Kansas State University Extension Ag Economist Monte Vandeveer said professionals and farmers alike have been talking about the 2018 farm bill even before 2018 ticked over on the calendar. Vandeveer is based at the Southwest Research and Extension Center in Garden City, Kansas.
The farm bill has been a long time coming with initial delays because of a government shut down and Farm Service Agency delays pushed it out even further. The commodity program covered quite a bit of ground, Vandeveer said.
“If you look at the three major slices that represent the farm part of the program,” he said. “Fairly evenly divided between crop insurance, the commodity programs and conservation.”
The little sliver of the pie was Extension, and he called its portion “sort of the rounding error.”
“But notice that now crop insurance is actually the biggest part, biggest slice on the farm part of that pie,” he said. “That makes crop insurance another target for budget cutters and people who want to make some big reforms.”
Taking a step back and taking in the big picture of this farm bill, it can probably be called according to Vandeveer, “a status quo farm bill,” but it may not necessarily be that way.
“That’s mainly referring to this first point here, the commodity programs we had last time around (Agricultural Risk Coverage), (Price Loss Coverage), right?” he said. “Those were kept in virtually the same form as we had last time. So ARC and PLC, and thank goodness we understand them a little bit better than last time around.”
Crop insurance came through protected, and even though it was targeted for several reasons including income testing.
“They were talking about the limits on the premium subsidies remember,” he said. “They were talking about getting rid of the harvest price option on revenue insurance. All of those things were voted down. But since crop insurance is such a big part of the farm bill pie now it’s probably going to have to fight those battles again in the future.”
Also in the last farm bill the dairy segment had to tweak its program and same for cotton. Last time cotton stacks were the only part of the cotton program affected.
“It’s kind of an area insurance type product,” he said. “But now, it was actually in the 2018 budget bill that the cotton guys got a new commodity created called seed cotton. So now seed cotton has ARC and PLC coverage for it, too.”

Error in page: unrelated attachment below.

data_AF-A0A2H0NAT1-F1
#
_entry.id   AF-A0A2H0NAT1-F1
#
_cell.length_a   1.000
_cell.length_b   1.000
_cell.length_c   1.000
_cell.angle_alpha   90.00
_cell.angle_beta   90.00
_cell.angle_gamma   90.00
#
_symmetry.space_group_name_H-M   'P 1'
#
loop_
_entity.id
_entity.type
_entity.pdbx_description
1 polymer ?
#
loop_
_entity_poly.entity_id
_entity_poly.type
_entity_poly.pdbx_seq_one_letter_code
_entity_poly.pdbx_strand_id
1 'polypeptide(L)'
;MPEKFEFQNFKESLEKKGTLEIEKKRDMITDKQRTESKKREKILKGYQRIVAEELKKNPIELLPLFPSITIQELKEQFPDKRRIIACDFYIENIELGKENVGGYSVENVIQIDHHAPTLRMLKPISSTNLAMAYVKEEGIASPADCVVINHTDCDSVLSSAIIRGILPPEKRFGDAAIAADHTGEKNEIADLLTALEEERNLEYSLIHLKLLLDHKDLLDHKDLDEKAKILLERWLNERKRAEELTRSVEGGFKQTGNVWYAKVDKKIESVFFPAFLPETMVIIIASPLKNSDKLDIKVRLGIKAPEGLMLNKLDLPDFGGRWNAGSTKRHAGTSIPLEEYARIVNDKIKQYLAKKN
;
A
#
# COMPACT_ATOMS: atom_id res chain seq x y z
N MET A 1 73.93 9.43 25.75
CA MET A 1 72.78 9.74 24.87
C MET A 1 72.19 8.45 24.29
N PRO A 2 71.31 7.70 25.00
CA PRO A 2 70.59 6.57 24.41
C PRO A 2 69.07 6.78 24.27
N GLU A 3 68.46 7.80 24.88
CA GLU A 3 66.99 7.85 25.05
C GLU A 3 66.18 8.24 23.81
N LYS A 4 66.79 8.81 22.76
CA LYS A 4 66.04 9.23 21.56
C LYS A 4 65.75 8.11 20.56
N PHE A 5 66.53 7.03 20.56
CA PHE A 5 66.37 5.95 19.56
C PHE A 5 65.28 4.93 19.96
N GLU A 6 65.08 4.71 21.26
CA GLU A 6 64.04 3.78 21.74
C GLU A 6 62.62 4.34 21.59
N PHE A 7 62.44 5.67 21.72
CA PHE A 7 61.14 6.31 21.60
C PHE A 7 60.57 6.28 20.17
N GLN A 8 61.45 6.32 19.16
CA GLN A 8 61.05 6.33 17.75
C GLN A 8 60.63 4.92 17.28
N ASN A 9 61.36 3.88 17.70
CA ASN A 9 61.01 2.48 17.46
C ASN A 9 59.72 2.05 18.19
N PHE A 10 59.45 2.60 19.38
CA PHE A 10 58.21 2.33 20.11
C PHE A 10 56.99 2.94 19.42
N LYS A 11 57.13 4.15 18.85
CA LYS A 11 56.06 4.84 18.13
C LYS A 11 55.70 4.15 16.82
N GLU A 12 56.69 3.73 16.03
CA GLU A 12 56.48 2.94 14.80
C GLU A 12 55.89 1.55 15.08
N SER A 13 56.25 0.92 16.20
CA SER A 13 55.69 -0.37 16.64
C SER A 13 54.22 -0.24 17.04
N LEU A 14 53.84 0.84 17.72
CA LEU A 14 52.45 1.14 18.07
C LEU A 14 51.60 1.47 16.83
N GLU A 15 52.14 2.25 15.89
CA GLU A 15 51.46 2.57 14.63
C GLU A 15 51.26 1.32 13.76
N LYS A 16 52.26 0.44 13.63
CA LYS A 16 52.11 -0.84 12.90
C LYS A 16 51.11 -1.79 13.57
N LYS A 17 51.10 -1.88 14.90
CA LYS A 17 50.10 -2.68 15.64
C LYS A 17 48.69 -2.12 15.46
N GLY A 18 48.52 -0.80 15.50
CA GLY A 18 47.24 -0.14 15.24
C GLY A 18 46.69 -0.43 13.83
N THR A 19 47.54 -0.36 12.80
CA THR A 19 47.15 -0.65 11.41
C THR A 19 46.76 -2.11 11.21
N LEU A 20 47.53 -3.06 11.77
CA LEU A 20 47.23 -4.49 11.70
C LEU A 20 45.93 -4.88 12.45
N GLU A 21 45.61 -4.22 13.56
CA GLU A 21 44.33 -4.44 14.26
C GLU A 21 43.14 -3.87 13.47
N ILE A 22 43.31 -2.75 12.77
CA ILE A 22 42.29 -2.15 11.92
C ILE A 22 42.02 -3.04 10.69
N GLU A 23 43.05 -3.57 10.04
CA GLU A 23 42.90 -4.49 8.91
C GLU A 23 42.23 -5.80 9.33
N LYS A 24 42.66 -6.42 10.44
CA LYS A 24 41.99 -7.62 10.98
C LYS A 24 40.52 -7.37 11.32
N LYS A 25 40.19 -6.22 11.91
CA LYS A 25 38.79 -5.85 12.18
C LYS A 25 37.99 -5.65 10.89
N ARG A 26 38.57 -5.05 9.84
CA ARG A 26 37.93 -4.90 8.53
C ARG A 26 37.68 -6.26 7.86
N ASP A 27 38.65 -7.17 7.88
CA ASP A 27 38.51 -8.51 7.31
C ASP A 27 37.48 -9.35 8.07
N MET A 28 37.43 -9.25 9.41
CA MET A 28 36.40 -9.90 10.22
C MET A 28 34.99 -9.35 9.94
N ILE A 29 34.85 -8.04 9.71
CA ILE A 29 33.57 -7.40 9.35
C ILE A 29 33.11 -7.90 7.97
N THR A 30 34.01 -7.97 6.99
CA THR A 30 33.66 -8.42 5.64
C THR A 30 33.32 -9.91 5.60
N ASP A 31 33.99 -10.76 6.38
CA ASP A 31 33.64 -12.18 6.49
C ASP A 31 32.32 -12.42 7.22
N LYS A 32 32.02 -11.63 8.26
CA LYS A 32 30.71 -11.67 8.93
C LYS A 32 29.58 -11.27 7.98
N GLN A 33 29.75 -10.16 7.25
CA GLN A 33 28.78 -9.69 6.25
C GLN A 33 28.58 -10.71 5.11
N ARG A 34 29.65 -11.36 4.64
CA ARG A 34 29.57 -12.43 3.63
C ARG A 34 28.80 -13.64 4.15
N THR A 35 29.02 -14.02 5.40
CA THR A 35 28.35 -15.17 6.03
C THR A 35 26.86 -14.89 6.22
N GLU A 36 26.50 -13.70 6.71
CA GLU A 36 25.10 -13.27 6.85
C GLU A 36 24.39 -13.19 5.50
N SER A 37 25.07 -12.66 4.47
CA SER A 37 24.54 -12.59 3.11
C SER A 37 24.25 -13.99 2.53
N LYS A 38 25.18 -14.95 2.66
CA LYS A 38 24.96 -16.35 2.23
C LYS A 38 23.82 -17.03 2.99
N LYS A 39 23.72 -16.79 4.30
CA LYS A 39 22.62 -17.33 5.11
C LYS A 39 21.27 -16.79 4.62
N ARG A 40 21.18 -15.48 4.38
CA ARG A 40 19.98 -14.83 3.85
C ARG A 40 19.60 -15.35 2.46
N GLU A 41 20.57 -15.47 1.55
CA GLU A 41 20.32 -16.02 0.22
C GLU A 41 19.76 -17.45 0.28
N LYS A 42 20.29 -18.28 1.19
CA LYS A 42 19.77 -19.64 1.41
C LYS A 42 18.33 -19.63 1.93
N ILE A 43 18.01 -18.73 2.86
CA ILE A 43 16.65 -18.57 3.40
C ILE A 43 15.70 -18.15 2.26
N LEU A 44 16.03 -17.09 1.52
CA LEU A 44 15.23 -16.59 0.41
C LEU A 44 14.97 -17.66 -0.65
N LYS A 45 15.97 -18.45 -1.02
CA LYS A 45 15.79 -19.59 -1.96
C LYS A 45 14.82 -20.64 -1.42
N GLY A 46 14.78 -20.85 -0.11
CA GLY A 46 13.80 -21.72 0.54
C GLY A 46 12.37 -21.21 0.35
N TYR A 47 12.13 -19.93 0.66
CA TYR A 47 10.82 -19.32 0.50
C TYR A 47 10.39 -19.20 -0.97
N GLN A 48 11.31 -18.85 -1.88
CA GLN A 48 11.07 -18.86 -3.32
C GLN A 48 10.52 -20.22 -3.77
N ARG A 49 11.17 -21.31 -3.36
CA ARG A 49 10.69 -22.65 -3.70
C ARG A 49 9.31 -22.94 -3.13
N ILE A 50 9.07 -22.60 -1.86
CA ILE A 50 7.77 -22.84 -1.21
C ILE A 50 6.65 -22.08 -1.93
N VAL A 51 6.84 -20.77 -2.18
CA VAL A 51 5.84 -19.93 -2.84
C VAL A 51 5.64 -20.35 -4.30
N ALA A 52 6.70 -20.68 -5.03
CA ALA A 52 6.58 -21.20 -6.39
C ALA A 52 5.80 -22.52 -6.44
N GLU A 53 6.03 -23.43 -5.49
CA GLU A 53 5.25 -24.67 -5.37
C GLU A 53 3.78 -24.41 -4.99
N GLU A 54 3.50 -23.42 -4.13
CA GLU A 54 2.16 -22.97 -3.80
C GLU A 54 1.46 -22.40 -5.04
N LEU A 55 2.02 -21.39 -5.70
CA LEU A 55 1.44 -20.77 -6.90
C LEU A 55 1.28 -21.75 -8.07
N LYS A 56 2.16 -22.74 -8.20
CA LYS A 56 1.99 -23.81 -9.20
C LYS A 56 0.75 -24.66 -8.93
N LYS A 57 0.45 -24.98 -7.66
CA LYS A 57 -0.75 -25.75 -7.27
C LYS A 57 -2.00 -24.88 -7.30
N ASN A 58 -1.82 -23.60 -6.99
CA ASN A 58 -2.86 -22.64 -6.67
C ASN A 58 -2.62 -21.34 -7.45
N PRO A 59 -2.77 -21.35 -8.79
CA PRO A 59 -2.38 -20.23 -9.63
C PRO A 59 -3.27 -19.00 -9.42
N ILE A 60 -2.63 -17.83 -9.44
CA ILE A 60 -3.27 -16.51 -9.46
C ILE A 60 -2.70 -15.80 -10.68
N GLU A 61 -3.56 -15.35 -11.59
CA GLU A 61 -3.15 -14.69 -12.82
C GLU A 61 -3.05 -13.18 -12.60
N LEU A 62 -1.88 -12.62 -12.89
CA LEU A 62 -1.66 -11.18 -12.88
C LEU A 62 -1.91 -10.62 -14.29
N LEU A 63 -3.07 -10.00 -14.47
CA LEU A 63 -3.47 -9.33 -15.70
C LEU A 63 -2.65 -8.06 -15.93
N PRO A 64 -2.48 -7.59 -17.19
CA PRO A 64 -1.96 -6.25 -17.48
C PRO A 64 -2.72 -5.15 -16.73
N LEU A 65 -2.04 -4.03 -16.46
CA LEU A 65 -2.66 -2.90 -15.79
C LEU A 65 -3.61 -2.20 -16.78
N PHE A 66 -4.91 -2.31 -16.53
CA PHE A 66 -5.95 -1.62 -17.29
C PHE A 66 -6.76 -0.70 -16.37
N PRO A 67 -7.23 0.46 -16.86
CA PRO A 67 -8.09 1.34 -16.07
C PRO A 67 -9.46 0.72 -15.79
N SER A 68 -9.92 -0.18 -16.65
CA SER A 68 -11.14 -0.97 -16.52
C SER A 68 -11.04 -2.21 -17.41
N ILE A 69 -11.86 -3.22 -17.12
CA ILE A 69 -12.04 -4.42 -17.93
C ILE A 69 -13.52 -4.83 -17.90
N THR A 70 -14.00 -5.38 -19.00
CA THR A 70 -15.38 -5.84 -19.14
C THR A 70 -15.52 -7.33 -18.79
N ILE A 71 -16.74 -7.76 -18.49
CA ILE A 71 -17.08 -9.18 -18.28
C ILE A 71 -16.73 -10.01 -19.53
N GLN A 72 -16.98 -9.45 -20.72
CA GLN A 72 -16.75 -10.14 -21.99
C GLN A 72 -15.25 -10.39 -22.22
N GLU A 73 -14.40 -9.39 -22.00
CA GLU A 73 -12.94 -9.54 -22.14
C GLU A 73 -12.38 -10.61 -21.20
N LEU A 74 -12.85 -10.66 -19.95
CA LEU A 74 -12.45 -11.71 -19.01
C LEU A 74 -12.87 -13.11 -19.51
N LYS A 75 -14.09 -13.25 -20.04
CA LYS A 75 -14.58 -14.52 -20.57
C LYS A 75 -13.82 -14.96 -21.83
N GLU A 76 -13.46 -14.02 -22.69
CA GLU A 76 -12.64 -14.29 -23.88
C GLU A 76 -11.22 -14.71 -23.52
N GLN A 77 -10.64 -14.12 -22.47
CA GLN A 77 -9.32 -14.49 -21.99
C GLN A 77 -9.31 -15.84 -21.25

There’s not much of a “time base” Vandeveer said, as there’s not much cotton based in Kansas. “So not such a big deal for us. But cotton had some changes.”
On the conservation side, Conservation Reserve Program acres were trending down.
“Well, with the low crop prices, they decided to put more acres back in CRP,” he said. “So that’s kind of reversal on that policy.”
As well, when it comes to payment limits, Vandeveer said the old payment limitation remained at $125,000.
“Actually what they did was they extended the definition of family. Who are all eligible for that $125,000 and got extended further out through the family, nieces, nephews, first cousins,” Vandeveer said. “There’s still an adjusted gross income cap of $900,000.”
He also said the marketing loan deficiency payment type of programs are no longer counted toward that $125,000 limit.
“That was a big deal,” he said. “Remember in 2016—when we were getting the marketing loan, the deficiency payments and that counted against our other payments we could receive? Well, that restriction is gone now.”
The one thing a producer needs to know about the farm bill is that it’s not exactly status quo, even though Vandeveer called it that.
“Remember the 2014 farm bill. Those were some of our best income years, maybe ever,” he said. “But then look what happened to farm income after that. You guys have had some of the toughest run that we’ve had for probably a couple of decades in there.”
The financial situation with the new farm bill looks pretty different from the last time around, according to Vandeveer. Using Kansas Farm Management Association data, those government payment programs made the “difference between being in the red and being in the black for the average KFMA member.”